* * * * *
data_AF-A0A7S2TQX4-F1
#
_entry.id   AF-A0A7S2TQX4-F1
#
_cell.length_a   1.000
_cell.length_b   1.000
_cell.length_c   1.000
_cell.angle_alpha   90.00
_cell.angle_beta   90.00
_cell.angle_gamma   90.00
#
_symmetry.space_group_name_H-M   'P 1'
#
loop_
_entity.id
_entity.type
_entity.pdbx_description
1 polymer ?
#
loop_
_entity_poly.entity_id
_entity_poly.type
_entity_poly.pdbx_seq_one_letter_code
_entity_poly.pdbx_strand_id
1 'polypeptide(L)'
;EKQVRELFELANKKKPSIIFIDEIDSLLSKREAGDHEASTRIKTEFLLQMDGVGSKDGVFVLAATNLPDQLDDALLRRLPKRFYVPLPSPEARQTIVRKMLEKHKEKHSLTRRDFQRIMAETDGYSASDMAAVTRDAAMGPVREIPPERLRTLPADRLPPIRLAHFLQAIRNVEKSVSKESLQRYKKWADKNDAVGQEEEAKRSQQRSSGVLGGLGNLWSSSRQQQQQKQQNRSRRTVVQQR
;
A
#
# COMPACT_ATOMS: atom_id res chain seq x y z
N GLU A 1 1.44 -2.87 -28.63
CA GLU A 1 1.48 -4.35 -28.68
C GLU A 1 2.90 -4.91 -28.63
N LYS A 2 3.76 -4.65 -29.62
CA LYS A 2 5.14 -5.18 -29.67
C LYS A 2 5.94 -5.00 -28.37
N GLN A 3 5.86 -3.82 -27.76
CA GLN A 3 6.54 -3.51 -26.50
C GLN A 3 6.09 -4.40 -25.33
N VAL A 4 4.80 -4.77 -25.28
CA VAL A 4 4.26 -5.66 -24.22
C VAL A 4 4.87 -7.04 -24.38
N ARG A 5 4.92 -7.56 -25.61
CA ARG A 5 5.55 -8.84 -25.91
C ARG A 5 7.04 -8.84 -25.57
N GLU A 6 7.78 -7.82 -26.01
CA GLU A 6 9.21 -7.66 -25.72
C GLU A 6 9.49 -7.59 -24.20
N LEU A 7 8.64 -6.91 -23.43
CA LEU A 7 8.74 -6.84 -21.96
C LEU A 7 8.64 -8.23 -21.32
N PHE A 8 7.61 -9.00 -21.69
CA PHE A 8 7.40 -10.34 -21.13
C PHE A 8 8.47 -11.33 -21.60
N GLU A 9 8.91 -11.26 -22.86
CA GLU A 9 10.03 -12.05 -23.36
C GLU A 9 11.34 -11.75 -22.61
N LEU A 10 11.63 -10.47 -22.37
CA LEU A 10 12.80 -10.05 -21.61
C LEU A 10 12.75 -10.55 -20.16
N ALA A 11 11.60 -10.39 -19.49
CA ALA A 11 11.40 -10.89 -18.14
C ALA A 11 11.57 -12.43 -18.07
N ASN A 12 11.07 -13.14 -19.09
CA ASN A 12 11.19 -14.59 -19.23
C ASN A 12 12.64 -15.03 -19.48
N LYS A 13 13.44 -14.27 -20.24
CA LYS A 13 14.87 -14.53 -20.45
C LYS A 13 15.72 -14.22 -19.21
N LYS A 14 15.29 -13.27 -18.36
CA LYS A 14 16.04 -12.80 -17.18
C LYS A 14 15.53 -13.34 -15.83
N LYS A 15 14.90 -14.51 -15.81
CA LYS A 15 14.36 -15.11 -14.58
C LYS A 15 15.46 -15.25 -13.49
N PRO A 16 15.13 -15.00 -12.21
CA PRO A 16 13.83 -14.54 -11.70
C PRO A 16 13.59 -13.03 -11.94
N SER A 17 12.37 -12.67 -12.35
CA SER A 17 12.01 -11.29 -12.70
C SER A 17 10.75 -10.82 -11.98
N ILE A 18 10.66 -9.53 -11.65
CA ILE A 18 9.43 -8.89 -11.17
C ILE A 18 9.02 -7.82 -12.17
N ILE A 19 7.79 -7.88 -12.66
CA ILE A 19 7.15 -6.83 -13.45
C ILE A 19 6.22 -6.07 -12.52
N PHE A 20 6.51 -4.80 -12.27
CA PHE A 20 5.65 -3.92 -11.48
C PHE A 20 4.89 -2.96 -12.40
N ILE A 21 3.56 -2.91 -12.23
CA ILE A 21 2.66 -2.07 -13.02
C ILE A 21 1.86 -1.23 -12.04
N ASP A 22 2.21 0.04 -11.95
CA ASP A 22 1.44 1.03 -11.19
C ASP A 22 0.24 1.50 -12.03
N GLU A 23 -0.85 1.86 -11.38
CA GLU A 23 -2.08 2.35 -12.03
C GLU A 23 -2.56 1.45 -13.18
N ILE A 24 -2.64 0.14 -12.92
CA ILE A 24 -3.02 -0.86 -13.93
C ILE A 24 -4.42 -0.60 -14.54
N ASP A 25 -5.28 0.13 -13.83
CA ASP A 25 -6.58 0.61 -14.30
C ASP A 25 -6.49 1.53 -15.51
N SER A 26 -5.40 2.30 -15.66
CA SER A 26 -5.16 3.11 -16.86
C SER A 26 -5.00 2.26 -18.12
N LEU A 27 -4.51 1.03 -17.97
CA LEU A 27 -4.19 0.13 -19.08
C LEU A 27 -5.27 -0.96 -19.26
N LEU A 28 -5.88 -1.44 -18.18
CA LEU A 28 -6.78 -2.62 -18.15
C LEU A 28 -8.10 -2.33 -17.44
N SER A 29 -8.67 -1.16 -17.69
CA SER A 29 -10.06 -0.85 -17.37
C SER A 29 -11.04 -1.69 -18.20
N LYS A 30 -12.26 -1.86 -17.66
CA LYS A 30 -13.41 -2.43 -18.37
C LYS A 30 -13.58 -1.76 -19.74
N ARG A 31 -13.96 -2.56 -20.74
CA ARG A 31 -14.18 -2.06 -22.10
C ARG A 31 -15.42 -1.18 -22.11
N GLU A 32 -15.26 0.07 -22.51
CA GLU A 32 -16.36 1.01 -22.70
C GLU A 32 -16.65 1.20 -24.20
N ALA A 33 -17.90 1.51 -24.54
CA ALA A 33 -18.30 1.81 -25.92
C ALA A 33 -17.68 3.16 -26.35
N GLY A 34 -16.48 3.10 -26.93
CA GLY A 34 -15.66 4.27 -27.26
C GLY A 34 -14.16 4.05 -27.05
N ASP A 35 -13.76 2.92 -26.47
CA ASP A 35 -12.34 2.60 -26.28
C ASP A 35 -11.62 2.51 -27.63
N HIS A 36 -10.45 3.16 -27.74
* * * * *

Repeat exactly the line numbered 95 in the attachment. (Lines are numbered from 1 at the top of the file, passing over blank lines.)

CA ASP A 22 1.44 1.03 -11.19